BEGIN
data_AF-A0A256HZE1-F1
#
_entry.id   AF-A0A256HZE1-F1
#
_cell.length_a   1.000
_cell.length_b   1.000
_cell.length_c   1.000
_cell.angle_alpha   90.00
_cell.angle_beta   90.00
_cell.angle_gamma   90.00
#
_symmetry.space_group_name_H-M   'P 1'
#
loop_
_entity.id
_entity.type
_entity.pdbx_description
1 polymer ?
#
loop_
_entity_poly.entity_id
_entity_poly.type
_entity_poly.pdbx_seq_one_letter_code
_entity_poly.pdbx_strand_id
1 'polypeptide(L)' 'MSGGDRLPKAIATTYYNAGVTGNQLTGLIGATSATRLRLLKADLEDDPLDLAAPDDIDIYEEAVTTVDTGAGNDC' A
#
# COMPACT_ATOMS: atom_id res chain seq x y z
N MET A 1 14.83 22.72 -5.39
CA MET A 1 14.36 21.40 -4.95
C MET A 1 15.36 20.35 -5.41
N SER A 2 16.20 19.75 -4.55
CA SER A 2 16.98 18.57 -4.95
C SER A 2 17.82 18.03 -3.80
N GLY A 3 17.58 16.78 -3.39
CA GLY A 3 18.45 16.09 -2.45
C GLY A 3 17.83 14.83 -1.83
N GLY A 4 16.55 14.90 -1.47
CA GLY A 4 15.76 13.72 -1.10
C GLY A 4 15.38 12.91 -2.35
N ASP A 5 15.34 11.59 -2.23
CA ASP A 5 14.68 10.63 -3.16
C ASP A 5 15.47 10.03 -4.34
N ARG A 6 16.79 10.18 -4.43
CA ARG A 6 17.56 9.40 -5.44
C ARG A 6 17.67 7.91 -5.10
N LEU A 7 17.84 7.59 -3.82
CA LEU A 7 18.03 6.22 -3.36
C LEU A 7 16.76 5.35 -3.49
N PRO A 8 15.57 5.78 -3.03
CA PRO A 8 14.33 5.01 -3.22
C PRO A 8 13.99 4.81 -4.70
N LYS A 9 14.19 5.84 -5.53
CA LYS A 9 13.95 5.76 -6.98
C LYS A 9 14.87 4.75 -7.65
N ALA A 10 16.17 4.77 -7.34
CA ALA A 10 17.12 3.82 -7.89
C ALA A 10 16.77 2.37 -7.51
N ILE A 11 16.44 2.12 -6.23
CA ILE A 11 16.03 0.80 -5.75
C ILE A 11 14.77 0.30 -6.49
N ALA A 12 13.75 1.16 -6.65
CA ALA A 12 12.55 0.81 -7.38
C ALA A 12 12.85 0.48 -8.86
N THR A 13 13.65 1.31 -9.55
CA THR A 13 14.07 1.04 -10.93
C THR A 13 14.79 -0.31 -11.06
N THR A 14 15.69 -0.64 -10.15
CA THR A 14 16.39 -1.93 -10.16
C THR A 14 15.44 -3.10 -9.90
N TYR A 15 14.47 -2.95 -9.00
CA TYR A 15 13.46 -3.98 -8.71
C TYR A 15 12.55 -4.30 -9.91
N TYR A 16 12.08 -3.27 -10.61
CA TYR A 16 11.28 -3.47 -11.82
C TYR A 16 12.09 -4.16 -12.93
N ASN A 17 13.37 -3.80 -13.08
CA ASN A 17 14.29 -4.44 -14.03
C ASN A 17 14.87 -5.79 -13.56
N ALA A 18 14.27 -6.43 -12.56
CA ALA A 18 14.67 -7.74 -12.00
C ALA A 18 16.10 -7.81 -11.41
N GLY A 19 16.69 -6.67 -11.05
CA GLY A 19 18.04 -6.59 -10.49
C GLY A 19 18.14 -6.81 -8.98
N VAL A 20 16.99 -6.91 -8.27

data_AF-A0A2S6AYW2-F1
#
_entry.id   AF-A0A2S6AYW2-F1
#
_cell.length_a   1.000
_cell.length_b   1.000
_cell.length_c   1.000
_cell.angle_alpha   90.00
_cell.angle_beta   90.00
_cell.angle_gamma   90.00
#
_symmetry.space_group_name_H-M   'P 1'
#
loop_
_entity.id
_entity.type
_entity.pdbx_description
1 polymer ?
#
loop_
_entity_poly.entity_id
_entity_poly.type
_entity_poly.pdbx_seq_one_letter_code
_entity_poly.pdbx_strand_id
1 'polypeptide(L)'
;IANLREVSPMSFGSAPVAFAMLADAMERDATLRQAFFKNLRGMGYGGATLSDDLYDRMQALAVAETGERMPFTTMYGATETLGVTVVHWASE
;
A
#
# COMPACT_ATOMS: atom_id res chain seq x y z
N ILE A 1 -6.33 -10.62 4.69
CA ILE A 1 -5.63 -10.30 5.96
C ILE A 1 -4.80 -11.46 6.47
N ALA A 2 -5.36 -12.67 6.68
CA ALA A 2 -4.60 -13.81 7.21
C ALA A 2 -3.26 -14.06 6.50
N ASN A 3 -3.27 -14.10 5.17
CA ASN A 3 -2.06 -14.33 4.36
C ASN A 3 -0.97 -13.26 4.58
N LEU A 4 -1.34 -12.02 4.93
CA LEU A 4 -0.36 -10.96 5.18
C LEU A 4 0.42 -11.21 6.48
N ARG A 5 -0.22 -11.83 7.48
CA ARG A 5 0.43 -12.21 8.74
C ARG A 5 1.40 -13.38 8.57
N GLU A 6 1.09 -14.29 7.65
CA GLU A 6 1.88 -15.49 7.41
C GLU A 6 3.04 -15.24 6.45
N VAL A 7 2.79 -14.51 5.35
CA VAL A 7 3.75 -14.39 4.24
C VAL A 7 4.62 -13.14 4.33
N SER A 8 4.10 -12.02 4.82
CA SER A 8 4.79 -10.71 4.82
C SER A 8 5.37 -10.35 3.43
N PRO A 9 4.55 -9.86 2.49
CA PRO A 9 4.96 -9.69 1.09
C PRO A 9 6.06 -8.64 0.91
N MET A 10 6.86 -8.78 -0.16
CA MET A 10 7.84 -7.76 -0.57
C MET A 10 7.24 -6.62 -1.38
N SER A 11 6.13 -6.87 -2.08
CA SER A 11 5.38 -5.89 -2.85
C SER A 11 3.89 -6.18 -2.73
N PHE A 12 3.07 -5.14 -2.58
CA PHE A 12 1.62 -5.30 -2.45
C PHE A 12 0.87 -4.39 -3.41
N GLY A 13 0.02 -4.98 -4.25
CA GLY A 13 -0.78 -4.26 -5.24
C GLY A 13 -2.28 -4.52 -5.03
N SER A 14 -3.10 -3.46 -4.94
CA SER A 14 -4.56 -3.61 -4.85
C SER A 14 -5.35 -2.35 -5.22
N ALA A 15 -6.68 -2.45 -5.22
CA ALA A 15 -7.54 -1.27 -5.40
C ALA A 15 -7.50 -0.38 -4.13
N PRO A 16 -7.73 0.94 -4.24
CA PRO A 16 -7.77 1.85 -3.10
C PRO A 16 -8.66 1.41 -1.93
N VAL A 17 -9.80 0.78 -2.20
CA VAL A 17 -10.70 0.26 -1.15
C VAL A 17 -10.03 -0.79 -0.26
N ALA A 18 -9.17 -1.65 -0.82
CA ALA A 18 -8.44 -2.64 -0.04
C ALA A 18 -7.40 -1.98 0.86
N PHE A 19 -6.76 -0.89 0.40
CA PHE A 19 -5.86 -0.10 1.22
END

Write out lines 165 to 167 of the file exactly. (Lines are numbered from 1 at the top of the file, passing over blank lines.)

CA VAL A 17 -10.70 0.26 -1.15
C VAL A 17 -10.03 -0.79 -0.26
N ALA A 18 -9.17 -1.65 -0.82